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Emails to the Editor:
Bozomatic Revisited

by Daniel Schneider
(comments and translation by Jens Kreutzer)

Daniel Schneider, current German Netrunner Champion, was kind enough to send me a few comments concerning the last installment of "Famous Stacks", which was about Dennis Duncan's strategy "Bozomatic". In the following, you can read a translation of Daniel's thoughts and my responses to them.

Daniel: I thought (once more) that the article on "Bozomatic" was not comprehensive enough, although the topic was a bit more interesting in comparison to PB/TTC or Psycho Tycho. But then, I have high standards. The introduction and motivation for the article were very good. However, I'd like to make the following remarks/suggestions:

1) If I were you, I'd have explained "It is slow" more precisely. You list the cards that are part of the Runner setup, but I'd make it clearer just how expensive all of this is: The 'breaker suite at 18 bits, five Clowns at another 20 bits, plus MUs for about 10 bits; that's 48 bits already, without any cards for a winning strategy or defense! But even if you can pay for this installation, why is the stack still slow? The answer: Because you don't seek out your 'breakers but install them as you draw them, and because there is only one of each type. Running without a sentry 'breaker is too risky if you are short on protection cards while having a small hand size and valuable cards you cannot afford to lose - and it can happen that you install the sentry 'breaker last, only after seven or nine turns!

Even if you are able to draw and install the 'breakers in a quick and optimized way, you cannot run without the Clowns and the rest of the setup, because the 'breakers are too expensive to power up and the danger of taking damage (e. g., from a TRAP!) is too high. Therefore, Bozomatic is almost always slow, no matter what your initial draw is like!

Ed.: I did briefly mention the high cost of the setup and the risk involved in early running, but you accurately pointed out some deeper reasons for the deck's inherent slowness.

Daniel: 2) I wondered what you meant when you wrote that the drawing speed was "maximized" with Jack'n'Joe (JNJ) instead of with Bodyweight Synthetic Blood (BSB), because that is not true. With a good bit engine, BSB is faster than JNJ. So, why use JNJ? Because the second central thought with Bozomatic (next to the idea of building a stack that in principle consists only of programs) was to dispense with the need of bit generation altogether! I thought that this should have been stressed more. After all, it's not just that Zetatech Software Installers are used to install all programs, but also:
Edaemons are used instead of mem chips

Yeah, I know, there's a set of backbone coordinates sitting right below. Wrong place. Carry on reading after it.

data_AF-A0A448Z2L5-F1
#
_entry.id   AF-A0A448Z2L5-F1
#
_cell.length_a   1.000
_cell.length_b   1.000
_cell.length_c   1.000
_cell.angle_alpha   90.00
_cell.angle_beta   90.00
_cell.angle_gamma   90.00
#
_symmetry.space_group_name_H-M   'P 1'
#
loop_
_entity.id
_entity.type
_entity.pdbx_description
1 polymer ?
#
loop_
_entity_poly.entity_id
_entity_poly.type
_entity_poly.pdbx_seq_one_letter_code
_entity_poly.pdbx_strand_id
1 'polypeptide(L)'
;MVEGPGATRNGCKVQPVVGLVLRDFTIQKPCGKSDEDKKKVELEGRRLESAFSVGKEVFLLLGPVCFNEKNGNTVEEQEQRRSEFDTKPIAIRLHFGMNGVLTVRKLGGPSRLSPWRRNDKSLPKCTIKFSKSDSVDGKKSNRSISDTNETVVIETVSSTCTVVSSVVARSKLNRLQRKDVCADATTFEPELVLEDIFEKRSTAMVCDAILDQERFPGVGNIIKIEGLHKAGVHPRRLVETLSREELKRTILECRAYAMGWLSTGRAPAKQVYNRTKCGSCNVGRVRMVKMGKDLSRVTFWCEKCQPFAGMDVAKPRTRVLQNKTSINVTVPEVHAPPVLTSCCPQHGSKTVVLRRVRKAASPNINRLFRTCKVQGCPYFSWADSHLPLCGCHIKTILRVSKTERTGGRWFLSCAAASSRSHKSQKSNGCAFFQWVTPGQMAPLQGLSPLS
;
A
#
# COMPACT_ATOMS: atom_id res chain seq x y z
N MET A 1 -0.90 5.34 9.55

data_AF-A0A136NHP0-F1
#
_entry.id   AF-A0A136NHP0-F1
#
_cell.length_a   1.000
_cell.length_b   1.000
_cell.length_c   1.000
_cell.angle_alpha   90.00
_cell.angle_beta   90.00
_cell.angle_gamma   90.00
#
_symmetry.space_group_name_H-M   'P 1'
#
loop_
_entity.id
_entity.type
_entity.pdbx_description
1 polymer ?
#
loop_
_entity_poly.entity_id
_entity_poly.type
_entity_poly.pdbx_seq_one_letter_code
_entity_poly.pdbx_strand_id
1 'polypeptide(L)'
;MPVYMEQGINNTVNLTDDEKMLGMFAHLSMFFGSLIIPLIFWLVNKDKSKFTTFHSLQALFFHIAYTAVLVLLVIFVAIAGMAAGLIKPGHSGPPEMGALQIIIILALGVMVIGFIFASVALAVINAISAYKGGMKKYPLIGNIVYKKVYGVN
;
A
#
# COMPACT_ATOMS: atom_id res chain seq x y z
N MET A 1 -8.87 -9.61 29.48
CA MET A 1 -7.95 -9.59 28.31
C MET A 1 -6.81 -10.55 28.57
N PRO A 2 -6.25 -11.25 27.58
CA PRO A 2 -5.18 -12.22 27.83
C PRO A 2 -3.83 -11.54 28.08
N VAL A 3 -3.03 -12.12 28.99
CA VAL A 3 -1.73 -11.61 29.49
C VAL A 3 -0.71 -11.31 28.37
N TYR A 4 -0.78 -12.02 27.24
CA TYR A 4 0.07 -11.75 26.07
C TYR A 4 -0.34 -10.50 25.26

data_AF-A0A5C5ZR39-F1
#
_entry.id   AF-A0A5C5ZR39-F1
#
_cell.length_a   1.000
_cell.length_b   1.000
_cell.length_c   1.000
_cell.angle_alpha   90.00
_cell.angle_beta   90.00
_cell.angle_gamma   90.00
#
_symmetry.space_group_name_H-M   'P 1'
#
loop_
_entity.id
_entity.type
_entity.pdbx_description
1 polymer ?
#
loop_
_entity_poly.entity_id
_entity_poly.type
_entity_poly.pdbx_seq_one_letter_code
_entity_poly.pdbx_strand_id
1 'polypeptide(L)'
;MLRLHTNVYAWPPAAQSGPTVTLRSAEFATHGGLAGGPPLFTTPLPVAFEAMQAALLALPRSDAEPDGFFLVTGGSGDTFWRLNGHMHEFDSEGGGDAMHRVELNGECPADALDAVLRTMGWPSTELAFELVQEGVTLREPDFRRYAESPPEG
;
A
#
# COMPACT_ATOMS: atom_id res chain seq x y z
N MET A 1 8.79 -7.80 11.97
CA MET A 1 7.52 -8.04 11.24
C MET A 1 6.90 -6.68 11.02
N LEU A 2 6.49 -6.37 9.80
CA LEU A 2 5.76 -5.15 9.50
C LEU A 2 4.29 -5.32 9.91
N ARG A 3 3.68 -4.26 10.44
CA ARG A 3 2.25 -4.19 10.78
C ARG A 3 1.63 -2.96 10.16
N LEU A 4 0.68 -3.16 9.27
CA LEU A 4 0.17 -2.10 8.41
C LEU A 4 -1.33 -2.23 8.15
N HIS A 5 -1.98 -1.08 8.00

EDennis dispensed with hand-size increasers
Ebecause unlike BSB, JNJ is free (and without hand size increasers, Dennis would overload his hand with BSB anyway)
Ebecause his winning strategy doesn't need any bits ("delivery of virus counters while running for free").

Ed.: Thank you for pointing this out. With "maximized", I meant "made as fast as possible, while taking into account the 0-bit-cost philosophy of the deck", but I probably should have made that clearer. I was of course aware of the existence of BSB and its ability in comparison to JNJ, just to reassure you. :-)

Daniel: 3) I somehow had the feeling that you didn't take Toughonium Wall into account, which is a piece of ice with strength 7 that is widely used and commonly encountered. Another twist with Bozomatic is, to wit, that you normally (without special enhancements) get by with strength 6 versus sentries and 'gates, but need strength 7 versus walls!

Ed.: Oops! You are absolutely right - this hadn't occurred to me. So, with walls, you indeed have to expect ice with up to strength 7. My bad.

Daniel: 4) Have you taken a closer look at the strength issue, then? Like you said in the introduction, the 'breaker suite consists of "0-to-break" icebreakers and a certain number of Clowns. But what are the reasons for the selection Dennis Duncan made? Wouldn't it be a lot cheaper to take six instead of five Clowns while substituting Wild Card for Forward's Legacy, Codecracker for Wizard's Book and perhaps even Jackhammer for Wrecking Ball, like you correctly hinted at in the beginning?

5) For what reasons have the other cards been included in "HyperClown"? One could analyze the strange-looking mixture of Imp, Afreet, and Succubus for a start. And wherefore two Joan of Arc, for example? Isn't that a luxury, if you have to manage without other very important cards (i. e., damage protection)? These are just a couple of thoughts that occurred to me.

Ed.: To be honest, my intention was mainly to showcase Dennis' stack, not to interpret it in detail. I am, however, quite impressed by your insights, and although I cannot answer your questions at this point (we'd have to ask Dennis himself, I'd say), they might spark a discussion. If Dennis himself or anyone else would like to comment on this, please send an Email to the Editor, and it will most likely be published. As for the two Joans, this is what came to my mind: It certainly fits the theme of an "all-programs" stack (disregarding preps) to take special care of programs, so that they won't ever get hurt. In that way, the stack does have protection cards, if only for its biggest asset - programs.

[Neal's remarks to this Email to the Editor] [Close file]

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